Since the beginning of Putin's third presidential term, the Kremlin has taken a newly assertive position in both domestic and international politics. An important aspect of this development consists in a systematic disavowal of politics, which, inter alia, views politics metapolitically, through the prism of 'the truth of the false' (Rancière). By denying the possibility of the people being the subject of politics, it promotes the paranoid perception of the colour revolutions as instigated from Washington and blocks the emergence of a popular subject in the domestic political space. Russia's claims to international subjectivity, in turn, are compromised by the reactive (and reactionary) nature of its policies. I argue that the consequences of this condition are best assessed by using postcolonial theory. From this perspective, Russia emerges as a subaltern empire, in which the people are silenced, the sovereign re-acts by mimicking the West, while the time and space of Russian modernity is defined by the Western Eurocentric subject.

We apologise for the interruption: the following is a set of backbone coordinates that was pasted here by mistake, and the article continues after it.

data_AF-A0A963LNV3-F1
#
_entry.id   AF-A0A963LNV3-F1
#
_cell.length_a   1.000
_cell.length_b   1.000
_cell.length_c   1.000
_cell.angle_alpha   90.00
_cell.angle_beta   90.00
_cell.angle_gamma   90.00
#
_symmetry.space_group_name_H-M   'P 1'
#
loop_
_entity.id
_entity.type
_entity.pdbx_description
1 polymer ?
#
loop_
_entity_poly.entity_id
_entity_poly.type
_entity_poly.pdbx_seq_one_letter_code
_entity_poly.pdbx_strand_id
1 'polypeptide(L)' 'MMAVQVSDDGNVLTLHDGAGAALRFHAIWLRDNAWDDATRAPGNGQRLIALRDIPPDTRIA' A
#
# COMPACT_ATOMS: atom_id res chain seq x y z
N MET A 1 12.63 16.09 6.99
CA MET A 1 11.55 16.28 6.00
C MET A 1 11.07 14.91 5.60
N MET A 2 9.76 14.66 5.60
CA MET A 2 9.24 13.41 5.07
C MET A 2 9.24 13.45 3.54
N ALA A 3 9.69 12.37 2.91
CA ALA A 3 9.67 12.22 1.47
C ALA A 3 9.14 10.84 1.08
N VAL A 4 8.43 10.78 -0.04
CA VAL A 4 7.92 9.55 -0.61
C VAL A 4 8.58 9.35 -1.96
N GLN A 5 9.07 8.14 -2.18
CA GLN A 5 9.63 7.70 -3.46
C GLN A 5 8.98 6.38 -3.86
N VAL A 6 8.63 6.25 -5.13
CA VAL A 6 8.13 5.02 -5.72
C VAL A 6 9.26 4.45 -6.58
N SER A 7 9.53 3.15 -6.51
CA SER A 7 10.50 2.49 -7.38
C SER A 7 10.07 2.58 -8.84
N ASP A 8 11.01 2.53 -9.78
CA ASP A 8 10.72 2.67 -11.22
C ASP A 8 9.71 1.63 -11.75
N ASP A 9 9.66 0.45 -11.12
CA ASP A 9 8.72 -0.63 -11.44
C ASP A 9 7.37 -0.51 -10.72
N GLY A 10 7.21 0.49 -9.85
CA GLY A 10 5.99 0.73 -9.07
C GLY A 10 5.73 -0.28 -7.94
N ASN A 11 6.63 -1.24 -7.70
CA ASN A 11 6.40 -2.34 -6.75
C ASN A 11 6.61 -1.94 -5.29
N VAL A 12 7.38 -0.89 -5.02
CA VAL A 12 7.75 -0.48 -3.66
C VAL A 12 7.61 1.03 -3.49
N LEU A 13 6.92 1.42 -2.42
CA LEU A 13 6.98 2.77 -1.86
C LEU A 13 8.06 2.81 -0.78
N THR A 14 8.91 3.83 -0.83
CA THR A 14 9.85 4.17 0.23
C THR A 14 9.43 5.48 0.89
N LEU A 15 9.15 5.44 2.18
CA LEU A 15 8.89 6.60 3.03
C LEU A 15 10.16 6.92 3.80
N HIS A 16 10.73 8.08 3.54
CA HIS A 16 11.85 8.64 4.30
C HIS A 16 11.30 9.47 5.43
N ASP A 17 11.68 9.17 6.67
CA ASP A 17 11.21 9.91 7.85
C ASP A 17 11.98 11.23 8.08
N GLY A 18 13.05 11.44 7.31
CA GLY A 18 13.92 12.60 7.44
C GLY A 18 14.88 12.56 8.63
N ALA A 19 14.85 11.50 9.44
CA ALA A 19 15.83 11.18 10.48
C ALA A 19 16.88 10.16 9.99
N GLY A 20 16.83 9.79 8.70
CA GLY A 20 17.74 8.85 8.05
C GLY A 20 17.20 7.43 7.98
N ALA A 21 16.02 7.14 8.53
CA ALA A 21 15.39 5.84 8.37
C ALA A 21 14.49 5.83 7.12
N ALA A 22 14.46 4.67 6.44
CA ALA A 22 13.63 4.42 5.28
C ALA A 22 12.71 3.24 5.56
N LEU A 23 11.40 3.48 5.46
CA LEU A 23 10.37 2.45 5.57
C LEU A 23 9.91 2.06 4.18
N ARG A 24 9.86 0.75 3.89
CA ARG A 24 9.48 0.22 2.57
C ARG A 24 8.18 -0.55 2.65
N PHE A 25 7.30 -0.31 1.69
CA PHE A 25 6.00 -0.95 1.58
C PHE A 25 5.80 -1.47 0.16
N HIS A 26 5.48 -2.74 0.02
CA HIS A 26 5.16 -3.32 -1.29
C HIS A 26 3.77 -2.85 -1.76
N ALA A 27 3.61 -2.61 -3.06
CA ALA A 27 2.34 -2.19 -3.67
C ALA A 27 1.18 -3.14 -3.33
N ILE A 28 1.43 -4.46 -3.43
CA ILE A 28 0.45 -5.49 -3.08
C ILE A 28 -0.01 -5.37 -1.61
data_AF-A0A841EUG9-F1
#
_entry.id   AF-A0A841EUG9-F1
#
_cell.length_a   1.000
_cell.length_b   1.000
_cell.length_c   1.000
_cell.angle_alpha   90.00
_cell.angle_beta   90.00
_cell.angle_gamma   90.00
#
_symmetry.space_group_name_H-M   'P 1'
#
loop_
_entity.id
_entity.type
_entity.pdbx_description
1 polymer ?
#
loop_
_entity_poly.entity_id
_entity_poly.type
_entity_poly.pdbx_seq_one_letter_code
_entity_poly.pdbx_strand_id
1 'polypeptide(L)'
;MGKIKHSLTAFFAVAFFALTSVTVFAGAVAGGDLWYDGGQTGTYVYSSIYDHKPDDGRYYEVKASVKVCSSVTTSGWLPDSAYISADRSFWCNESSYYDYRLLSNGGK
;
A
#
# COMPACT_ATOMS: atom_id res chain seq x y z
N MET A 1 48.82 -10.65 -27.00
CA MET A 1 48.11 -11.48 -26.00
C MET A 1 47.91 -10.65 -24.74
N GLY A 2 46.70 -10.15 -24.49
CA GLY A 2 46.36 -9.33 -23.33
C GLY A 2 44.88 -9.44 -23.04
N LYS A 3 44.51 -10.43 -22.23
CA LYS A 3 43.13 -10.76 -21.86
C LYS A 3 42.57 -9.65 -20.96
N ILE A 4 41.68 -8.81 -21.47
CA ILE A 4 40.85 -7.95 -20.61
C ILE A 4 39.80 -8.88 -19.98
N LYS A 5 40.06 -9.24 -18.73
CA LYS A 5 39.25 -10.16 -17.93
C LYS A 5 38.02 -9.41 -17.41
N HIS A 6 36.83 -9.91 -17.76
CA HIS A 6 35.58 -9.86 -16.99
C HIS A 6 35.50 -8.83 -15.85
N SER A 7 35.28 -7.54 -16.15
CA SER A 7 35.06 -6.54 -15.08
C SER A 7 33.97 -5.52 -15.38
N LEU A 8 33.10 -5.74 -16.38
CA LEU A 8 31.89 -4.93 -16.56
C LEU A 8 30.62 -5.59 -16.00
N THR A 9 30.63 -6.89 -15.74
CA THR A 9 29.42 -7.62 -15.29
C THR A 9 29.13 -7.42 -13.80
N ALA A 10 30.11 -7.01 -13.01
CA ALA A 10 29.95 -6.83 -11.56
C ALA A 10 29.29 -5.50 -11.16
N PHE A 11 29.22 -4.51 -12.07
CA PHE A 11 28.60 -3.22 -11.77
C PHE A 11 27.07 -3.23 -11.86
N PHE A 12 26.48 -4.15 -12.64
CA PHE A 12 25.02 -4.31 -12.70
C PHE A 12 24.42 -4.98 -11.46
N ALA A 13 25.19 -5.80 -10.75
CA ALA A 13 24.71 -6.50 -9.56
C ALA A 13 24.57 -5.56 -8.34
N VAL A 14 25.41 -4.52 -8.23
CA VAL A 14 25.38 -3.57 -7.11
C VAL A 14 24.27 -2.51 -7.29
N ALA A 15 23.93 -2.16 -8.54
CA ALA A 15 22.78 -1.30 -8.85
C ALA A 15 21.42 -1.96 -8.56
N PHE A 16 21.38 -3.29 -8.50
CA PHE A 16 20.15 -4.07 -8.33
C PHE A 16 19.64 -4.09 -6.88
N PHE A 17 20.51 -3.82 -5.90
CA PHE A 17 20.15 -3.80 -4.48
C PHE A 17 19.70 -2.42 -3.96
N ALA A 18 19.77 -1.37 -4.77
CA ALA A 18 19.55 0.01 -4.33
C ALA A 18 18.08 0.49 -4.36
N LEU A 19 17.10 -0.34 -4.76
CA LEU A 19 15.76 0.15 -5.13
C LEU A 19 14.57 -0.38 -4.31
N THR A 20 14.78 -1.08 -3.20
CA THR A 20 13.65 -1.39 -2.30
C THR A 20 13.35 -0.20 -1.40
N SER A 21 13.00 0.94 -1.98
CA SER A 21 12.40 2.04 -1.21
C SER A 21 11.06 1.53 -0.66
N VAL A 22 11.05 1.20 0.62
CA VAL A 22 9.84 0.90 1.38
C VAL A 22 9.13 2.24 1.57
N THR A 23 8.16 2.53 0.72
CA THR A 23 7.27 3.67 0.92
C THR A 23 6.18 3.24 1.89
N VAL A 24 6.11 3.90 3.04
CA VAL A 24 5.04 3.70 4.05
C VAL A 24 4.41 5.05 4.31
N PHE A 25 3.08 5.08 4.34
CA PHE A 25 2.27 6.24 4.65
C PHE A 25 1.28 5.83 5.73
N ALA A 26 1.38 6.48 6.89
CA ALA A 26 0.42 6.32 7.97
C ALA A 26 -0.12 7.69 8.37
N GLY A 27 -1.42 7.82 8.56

Viacheslav Morozov is Professor of EU-Russia Studies at the University of Tartu. Before moving to Tartu in 2010, he taught for 13 years at the St. Petersburg State University, Russia. He has published extensively on Russian national identity and foreign policy, and, more recently, also on Russian domestic politics and discourses on democracy. He is the author of Russia's Postcolonial Identity: A Subaltern Empire in a Eurocentric World (Palgrave, forthcoming 2015), Russia and Others: Identity and Boundaries of a Political Community (Moscow: NLO Books, 2009) and the editor of Decentring the West: The Idea of Democracy and the Struggle for Hegemony (Ashgate, 2013). Morozov is a member of the Program on New Approaches to Research and Security in Eurasia (PONARS Eurasia), based at George Washington University.